Getting started with a Simplified Life Cycle Analysis

At Fairmat, we want complete transparency for our products. We decided to have their impact assessed by an external consultancy, in the form of a Simplified Life Cycle Analysis (SLCA).

As already explained in a previous article, a simplified LCA is an essential step in supporting an eco-design approach to composites. In that article, we described the differences between a life cycle analysis and a simplified analysis. Today, we share a little of the process we went through to get started with a Simplified Life Cycle Analysis.

An SLCA is a project in its own right, involving several internal departments and a consulting agency. Before getting started, we needed to define a number of important elements with our chosen partner agency, Greenflex.

Greenflex is a well-known consultancy that has conducted many simplified and certified LCAs worldwide.
We aimed to start the simplified Life Cycle Analysis during the summer of 2022, so we had work to do!
First, we needed to define the parameters of our project: the scope, the relevant data, and the assumptions.
We did that via the following four steps:


Step 1: Defining our objectives to get started 🎯

First, like any well-managed project, the start in the process is to define clear objectives. Our objectives for our simplified LCA were:
– Evaluate the environmental footprint of the recycled composite material produced by FAIRMAT (compounds and laminates)
– Compare the FAIRMAT recycling technology with other end-of-life scenarios for carbon fiber composite waste (incineration, landfill, thermal recycling, etc.)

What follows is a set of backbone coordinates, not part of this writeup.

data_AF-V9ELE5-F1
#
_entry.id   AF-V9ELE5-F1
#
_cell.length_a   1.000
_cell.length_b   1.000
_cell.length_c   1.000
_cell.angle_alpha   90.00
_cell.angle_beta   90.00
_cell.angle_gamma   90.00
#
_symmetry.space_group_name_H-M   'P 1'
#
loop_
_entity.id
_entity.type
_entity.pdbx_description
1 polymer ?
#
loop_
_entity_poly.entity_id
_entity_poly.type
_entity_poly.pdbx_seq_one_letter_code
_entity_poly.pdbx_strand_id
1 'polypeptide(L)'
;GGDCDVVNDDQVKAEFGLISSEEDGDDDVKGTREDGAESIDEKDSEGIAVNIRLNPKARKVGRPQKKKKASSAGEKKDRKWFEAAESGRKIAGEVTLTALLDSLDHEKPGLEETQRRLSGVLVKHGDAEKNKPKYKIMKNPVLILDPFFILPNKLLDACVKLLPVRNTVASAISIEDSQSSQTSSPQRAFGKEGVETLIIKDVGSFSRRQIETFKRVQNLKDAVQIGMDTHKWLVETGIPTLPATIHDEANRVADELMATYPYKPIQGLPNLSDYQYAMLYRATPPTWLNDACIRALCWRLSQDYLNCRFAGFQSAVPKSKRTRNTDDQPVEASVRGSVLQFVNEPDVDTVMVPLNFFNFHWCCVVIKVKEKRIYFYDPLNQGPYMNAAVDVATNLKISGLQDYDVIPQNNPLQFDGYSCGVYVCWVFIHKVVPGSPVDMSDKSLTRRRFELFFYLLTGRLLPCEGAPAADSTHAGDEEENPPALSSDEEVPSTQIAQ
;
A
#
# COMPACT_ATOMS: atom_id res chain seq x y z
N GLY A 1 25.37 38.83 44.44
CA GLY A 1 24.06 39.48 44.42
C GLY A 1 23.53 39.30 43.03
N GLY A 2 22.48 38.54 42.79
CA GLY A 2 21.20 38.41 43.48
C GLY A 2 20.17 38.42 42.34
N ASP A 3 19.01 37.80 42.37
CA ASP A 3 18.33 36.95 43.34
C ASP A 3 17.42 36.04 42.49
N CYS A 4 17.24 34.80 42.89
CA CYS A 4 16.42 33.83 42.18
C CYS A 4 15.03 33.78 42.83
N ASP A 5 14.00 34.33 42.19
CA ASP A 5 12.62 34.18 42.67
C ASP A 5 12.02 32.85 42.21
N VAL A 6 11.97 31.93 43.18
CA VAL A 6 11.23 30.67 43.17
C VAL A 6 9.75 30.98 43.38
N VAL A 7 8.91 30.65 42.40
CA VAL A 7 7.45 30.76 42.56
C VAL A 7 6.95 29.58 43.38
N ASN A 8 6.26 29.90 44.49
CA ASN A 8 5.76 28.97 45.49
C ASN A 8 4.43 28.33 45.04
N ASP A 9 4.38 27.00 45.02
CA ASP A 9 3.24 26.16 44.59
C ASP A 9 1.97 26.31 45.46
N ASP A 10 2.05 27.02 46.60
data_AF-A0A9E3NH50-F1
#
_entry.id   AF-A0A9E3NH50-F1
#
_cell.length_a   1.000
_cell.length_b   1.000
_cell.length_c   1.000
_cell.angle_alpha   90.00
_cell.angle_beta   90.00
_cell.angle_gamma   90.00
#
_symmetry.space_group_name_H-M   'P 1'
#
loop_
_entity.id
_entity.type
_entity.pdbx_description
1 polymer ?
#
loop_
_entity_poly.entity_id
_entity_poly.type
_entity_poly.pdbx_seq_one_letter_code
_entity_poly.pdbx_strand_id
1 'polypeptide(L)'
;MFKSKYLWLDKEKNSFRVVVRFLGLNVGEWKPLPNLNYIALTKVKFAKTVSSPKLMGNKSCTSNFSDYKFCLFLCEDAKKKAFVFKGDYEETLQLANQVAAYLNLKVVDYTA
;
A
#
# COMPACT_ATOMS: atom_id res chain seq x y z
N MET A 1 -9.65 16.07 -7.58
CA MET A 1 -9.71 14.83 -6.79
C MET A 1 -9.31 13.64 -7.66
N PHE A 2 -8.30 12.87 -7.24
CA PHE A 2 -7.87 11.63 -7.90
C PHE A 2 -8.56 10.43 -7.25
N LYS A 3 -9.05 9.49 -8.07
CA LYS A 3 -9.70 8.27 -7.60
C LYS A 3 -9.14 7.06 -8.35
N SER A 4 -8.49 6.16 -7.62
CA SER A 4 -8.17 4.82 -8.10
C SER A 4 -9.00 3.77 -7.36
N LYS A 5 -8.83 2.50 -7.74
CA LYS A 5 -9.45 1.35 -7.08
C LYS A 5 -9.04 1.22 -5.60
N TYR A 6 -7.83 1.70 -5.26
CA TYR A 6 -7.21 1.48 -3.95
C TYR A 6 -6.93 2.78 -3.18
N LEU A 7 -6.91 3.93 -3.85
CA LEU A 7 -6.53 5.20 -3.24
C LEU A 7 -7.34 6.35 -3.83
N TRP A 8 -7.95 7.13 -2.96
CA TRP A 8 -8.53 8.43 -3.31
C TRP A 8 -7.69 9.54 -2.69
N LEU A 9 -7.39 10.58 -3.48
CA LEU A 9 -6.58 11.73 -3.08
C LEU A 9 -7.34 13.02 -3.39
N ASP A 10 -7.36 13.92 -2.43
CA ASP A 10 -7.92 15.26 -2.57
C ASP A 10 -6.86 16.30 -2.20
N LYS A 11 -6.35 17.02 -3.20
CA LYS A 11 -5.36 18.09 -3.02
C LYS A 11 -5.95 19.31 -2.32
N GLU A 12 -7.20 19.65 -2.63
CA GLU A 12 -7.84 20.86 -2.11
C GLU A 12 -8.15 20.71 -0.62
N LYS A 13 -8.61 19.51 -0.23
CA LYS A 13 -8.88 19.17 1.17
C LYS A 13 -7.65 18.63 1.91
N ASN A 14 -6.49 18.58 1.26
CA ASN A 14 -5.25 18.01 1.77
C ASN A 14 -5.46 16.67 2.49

– Compare this recycled material from an environmental point of view with other primary materials that can be replaced by the FAIRMAT material

The important steps Fairmat prepared for its simplified Life Cycle Analysis

Step 2: Defining the ‘functional units’ 📄

Secondly, the functional unit of a product system is a quantified description of the performance requirements that the product system fulfills. In a comparative study, the functional unit must be the same for all compared product systems.

The units we decided to set for:
– the End-of-life scenario, the unit was 1 kg of composite waste recycled. It allows comparison with other end-of-life scenarios such as landfill, incineration, or pyrolysis.
– the Material scenario, we decided on a unit of 1 kg of FAIRMAT material produced, allowing comparison with other materials.


Step 3: Defining our scope ✅

Then, before we started measuring, we needed to establish the boundaries of our analysis – the scope. We decided on a ‘Cradle-to-Gate’ analysis, which takes into account the processes upstream in the production chain of a product, through to the stage at which the product is ready for use – the point at which it leaves the factory (the gate).
It includes the following:
– methods of waste collection and the transport to the FAIRMAT production site
– other raw materials such as virgin materials, chemical products, and their transport to the FAIRMAT production site
– recycling & production: shaping process, coatings, energy used (gas and electricity), water used, losses, waste, and emissions

In setting this scope, we specifically exclude three steps: distribution, use, and end-of-life.


Step 4: Selecting the environmental impact criteria 🌱

To get full benefit and data from the SLCA, we had to carefully select the environmental criteria we wanted to measure.
The criteria we chose cover a wide range of the environmental impacts of materials and end-of-life processes:
– Climate change: Kg CO2 eq
– Water use: m3
– Resource use, fossils: MJ
– Land use: Pt
– Acidification: Mol H+ eq
– Eutrophication, marine: Kg N eq

At this point, we were set to start the analysis process.
Stay tuned for the next episode – where we take you through the entire process of analysis and the comparisons we chose.

If you’re interested in recycling your carbon fiber waste, feel free to contact us.